Tail gas stream 24 can be combined with a natural gas stream 30 or other hydrocarbon containing fuel to form a fuel stream 32. Fuel stream 32 is introduced into a burner located within a radiant heat exchange section 34 of steam methane reformer 10 along with an oxygen containing stream 36, for instance, air, to support combustion of the fuel stream 32. A hydrocarbon containing stream 38 that can also be natural gas is combined with a superheated steam stream 40 to produce a reactant stream 42 and introduced into reformer tubes such as reformer tube 44 located within radiant section 34 of steam methane reformer 10. In steam methane reformer 10, hydrocarbons react with steam in known steam methane reforming reactions that are endothermic in nature. Heat is supplied to support such steam methane reformers by combustion of fuel stream 32. The flue gases resulting from such combustion pass through a convective section 46 of steam methane reformer 10 having a process gas heat exchanger 48 and a steam superheater 50 that forms part of the steam generation system. The flue gases are discharged as a flue gas stream 52 from a stack as stack gases.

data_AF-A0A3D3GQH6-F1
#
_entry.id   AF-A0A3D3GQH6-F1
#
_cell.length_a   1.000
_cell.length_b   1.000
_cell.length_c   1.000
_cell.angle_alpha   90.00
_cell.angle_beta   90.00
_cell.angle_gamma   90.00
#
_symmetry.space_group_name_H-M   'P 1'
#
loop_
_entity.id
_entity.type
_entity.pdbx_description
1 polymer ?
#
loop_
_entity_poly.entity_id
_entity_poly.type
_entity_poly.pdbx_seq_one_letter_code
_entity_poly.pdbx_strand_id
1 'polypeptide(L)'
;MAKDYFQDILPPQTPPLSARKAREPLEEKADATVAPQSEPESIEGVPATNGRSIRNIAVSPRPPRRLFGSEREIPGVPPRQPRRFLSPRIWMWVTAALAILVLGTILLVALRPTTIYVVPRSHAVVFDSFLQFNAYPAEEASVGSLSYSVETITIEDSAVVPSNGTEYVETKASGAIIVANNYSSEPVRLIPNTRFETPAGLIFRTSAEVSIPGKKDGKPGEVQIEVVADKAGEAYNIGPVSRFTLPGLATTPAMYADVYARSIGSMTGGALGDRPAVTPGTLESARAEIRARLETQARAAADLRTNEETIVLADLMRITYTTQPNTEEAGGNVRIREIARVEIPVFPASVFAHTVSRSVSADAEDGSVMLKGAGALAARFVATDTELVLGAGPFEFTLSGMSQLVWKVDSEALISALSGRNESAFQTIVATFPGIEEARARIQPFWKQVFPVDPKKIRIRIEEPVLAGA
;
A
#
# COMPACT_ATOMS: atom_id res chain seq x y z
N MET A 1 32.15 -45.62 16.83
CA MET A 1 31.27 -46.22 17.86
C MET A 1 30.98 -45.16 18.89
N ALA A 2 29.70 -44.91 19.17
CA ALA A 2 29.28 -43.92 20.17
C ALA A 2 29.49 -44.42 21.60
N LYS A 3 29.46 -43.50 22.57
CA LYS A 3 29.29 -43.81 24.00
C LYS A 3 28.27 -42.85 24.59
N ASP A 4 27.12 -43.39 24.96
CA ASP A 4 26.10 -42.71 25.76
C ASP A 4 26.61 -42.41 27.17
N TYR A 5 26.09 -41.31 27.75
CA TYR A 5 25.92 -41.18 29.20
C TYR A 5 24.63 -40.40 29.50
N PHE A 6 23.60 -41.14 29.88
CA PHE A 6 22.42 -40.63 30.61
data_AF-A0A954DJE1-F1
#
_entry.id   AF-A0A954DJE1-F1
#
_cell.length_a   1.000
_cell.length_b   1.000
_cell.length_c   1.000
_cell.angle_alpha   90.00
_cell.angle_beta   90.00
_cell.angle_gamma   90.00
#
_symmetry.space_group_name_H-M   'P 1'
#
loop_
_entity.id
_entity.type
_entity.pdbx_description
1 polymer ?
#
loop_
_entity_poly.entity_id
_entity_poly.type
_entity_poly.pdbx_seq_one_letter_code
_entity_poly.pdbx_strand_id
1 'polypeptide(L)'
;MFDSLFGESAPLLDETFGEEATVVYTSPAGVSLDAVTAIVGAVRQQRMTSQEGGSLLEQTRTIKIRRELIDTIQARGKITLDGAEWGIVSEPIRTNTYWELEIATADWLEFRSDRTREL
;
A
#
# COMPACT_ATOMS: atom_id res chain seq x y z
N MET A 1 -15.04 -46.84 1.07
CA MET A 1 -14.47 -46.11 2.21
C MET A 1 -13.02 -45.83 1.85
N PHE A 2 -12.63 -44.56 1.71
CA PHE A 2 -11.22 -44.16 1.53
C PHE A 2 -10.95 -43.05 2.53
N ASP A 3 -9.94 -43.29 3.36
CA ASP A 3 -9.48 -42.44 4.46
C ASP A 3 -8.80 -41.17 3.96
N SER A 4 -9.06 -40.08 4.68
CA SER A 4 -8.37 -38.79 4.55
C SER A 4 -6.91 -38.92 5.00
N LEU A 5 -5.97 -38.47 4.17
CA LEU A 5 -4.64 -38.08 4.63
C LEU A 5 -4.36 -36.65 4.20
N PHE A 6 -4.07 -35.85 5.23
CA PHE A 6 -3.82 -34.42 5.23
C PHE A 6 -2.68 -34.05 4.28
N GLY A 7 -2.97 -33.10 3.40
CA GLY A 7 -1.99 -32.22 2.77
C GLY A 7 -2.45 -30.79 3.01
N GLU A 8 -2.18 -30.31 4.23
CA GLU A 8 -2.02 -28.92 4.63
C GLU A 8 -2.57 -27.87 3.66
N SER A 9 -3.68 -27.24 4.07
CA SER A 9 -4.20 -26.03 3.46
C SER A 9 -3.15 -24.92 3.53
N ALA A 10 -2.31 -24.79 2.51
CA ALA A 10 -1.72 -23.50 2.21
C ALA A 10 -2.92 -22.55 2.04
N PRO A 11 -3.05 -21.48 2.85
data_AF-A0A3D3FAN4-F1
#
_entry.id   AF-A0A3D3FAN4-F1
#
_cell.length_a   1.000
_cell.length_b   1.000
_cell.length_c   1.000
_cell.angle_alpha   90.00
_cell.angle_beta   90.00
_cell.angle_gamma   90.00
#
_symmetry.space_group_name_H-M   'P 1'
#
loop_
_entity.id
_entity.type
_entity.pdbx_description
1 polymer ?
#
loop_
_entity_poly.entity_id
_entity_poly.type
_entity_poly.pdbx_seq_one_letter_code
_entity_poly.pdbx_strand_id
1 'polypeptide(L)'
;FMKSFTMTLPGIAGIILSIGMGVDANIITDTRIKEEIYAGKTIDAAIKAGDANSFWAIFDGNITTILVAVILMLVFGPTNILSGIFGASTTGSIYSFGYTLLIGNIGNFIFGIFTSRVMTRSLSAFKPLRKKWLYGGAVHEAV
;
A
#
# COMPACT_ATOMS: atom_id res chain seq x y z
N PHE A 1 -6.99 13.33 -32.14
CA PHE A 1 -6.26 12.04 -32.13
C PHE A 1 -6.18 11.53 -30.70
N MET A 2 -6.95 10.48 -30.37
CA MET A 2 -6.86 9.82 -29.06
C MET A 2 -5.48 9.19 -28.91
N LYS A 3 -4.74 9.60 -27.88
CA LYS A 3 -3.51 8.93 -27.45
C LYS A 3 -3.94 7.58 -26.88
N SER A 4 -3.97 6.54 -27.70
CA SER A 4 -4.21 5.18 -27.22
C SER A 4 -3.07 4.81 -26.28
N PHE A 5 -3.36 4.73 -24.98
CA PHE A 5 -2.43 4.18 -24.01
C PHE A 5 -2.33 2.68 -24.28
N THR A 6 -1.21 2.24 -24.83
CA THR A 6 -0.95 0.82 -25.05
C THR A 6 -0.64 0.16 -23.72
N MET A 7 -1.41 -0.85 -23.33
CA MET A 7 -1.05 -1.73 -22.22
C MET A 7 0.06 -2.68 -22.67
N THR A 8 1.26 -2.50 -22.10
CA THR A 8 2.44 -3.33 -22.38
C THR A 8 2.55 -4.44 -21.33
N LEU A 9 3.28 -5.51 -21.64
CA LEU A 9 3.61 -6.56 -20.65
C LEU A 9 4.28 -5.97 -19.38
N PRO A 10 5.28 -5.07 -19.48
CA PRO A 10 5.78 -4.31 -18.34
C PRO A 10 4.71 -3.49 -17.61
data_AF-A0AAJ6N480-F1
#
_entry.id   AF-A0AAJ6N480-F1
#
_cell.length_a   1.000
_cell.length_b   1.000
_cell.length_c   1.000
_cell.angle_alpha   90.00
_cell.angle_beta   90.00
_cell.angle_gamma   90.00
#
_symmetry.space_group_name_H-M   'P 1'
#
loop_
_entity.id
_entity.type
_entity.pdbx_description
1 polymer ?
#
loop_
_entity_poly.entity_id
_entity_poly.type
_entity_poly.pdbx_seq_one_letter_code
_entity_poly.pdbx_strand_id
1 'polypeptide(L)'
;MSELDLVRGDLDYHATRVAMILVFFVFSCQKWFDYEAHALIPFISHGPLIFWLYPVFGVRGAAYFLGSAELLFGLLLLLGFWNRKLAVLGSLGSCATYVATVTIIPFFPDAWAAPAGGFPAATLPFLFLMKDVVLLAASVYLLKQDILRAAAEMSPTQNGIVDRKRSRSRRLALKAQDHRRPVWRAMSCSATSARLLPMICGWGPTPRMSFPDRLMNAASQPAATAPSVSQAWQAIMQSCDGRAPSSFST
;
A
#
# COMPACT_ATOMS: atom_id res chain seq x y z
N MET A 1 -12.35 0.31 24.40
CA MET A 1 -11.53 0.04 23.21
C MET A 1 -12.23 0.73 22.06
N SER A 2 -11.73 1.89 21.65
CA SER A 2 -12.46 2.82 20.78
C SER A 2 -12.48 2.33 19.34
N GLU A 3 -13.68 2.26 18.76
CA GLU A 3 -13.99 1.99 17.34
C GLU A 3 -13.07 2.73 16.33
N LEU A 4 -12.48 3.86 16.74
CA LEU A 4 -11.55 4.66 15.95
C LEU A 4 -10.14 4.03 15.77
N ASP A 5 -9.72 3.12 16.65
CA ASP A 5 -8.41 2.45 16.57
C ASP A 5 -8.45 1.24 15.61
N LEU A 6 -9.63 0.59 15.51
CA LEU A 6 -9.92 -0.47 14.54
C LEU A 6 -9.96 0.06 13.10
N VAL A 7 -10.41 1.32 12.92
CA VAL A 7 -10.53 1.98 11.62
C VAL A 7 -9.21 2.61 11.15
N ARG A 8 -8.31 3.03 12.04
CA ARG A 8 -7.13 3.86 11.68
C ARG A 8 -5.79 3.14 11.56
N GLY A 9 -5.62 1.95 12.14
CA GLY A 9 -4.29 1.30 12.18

The crude synthesis gas stream 12 is cooled in a process gas boiler 54, that along with steam superheater 50, forms part of the steam generation system. The process gas boiler 54 serves to cool the crude synthesis gas stream 12 to a temperature suitable for the water-gas shift reactions in water-gas shift reactor 14 in which the hydrogen content is upwardly adjusted by reacting the steam content of crude synthesis gas stream 12 with carbon monoxide. The resultant synthesis gas stream 18, also known in the art as the shifted stream, can pass through a feed heater, not illustrated, but that as known in the art is used to heat the hydrocarbon containing feed 38. After having been heated, hydrocarbon containing feed 38 passes through a hydrotreater that converts sulfur species to hydrogen sulphide and then to a zinc-based adsorbent bed to remove the hydrogen sulphide from the feed. The hydrotreater and the adsorbent bed are not illustrated, but are very well known in the art.

The synthesis gas stream 18 passes through a boiling feed water heater 56 that also forms part of the steam generation system. The steam generated in boiling feed water heater 56 and the steam stream raised in process gas boiler 54 are introduced into a steam drum. Steam is extracted from the steam drum as a steam stream 58 and in part forms steam stream 40 used in forming reactant stream 42. Another portion of the superheated steam stream 58 is used in forming an export steam stream 60.